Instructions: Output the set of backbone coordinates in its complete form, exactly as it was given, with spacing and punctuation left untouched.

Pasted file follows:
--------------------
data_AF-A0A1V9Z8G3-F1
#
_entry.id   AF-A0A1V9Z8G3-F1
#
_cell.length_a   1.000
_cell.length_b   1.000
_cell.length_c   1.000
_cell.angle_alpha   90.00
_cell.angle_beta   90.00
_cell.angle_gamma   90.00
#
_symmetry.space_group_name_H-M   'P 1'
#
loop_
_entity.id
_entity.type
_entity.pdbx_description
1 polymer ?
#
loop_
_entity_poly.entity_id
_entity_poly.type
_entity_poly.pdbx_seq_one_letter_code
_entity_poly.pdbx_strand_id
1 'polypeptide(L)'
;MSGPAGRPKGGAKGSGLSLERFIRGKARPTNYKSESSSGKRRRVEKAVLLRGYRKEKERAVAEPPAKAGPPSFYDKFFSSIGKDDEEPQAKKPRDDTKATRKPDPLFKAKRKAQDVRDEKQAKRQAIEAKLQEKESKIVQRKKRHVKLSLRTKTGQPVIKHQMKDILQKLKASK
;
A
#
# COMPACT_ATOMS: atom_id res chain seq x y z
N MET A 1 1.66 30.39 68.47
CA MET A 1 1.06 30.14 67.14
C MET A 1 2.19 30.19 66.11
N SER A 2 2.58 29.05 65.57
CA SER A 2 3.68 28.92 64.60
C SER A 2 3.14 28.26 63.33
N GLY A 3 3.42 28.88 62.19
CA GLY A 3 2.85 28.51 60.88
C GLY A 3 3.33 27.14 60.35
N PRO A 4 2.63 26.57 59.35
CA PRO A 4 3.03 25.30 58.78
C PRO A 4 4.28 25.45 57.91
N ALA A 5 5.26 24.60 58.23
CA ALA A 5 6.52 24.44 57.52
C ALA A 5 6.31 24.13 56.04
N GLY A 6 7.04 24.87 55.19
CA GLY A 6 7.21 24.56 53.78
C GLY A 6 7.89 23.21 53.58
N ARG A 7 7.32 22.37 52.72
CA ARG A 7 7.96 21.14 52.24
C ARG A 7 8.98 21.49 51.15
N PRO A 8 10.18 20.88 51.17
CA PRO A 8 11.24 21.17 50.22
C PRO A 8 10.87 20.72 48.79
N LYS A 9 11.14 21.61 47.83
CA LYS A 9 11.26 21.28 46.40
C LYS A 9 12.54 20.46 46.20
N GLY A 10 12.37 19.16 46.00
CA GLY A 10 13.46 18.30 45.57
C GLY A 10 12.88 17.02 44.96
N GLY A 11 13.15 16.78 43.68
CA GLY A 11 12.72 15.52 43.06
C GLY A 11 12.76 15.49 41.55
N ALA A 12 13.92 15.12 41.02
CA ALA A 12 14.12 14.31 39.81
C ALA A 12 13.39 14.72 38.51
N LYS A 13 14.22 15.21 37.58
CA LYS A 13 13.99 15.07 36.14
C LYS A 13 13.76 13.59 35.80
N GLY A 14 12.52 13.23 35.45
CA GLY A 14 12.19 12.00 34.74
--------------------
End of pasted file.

data_AF-A0A1V9Z8G3-F1
#
_entry.id   AF-A0A1V9Z8G3-F1
#
_cell.length_a   1.000
_cell.length_b   1.000
_cell.length_c   1.000
_cell.angle_alpha   90.00
_cell.angle_beta   90.00
_cell.angle_gamma   90.00
#
_symmetry.space_group_name_H-M   'P 1'
#
loop_
_entity.id
_entity.type
_entity.pdbx_description
1 polymer ?
#
loop_
_entity_poly.entity_id
_entity_poly.type
_entity_poly.pdbx_seq_one_letter_code
_entity_poly.pdbx_strand_id
1 'polypeptide(L)'
;MSGPAGRPKGGAKGSGLSLERFIRGKARPTNYKSESSSGKRRRVEKAVLLRGYRKEKERAVAEPPAKAGPPSFYDKFFSSIGKDDEEPQAKKPRDDTKATRKPDPLFKAKRKAQDVRDEKQAKRQAIEAKLQEKESKIVQRKKRHVKLSLRTKTGQPVIKHQMKDILQKLKASK
;
A
#
# COMPACT_ATOMS: atom_id res chain seq x y z
N MET A 1 1.66 30.39 68.47
CA MET A 1 1.06 30.14 67.14
C MET A 1 2.19 30.19 66.11
N SER A 2 2.58 29.05 65.57
CA SER A 2 3.68 28.92 64.60
C SER A 2 3.14 28.26 63.33
N GLY A 3 3.42 28.88 62.19
CA GLY A 3 2.85 28.51 60.88
C GLY A 3 3.33 27.14 60.35
N PRO A 4 2.63 26.57 59.35
CA PRO A 4 3.03 25.30 58.78
C PRO A 4 4.28 25.45 57.91
N ALA A 5 5.26 24.60 58.23
CA ALA A 5 6.52 24.44 57.52
C ALA A 5 6.31 24.13 56.04
N GLY A 6 7.04 24.87 55.19
CA GLY A 6 7.21 24.56 53.78
C GLY A 6 7.89 23.21 53.58
N ARG A 7 7.32 22.37 52.72
CA ARG A 7 7.96 21.14 52.24
C ARG A 7 8.98 21.49 51.15
N PRO A 8 10.18 20.88 51.17
CA PRO A 8 11.24 21.17 50.22
C PRO A 8 10.87 20.72 48.79
N LYS A 9 11.14 21.61 47.83
CA LYS A 9 11.26 21.28 46.40
C LYS A 9 12.54 20.46 46.20
N GLY A 10 12.37 19.16 46.00
CA GLY A 10 13.46 18.30 45.57
C GLY A 10 12.88 17.02 44.96
N GLY A 11 13.15 16.78 43.68
CA GLY A 11 12.72 15.52 43.06
C GLY A 11 12.76 15.49 41.55
N ALA A 12 13.92 15.12 41.02
CA ALA A 12 14.12 14.31 39.81
C ALA A 12 13.39 14.72 38.51
N LYS A 13 14.22 15.21 37.58
CA LYS A 13 13.99 15.07 36.14
C LYS A 13 13.76 13.59 35.80
N GLY A 14 12.52 13.23 35.45
CA GLY A 14 12.19 12.00 34.74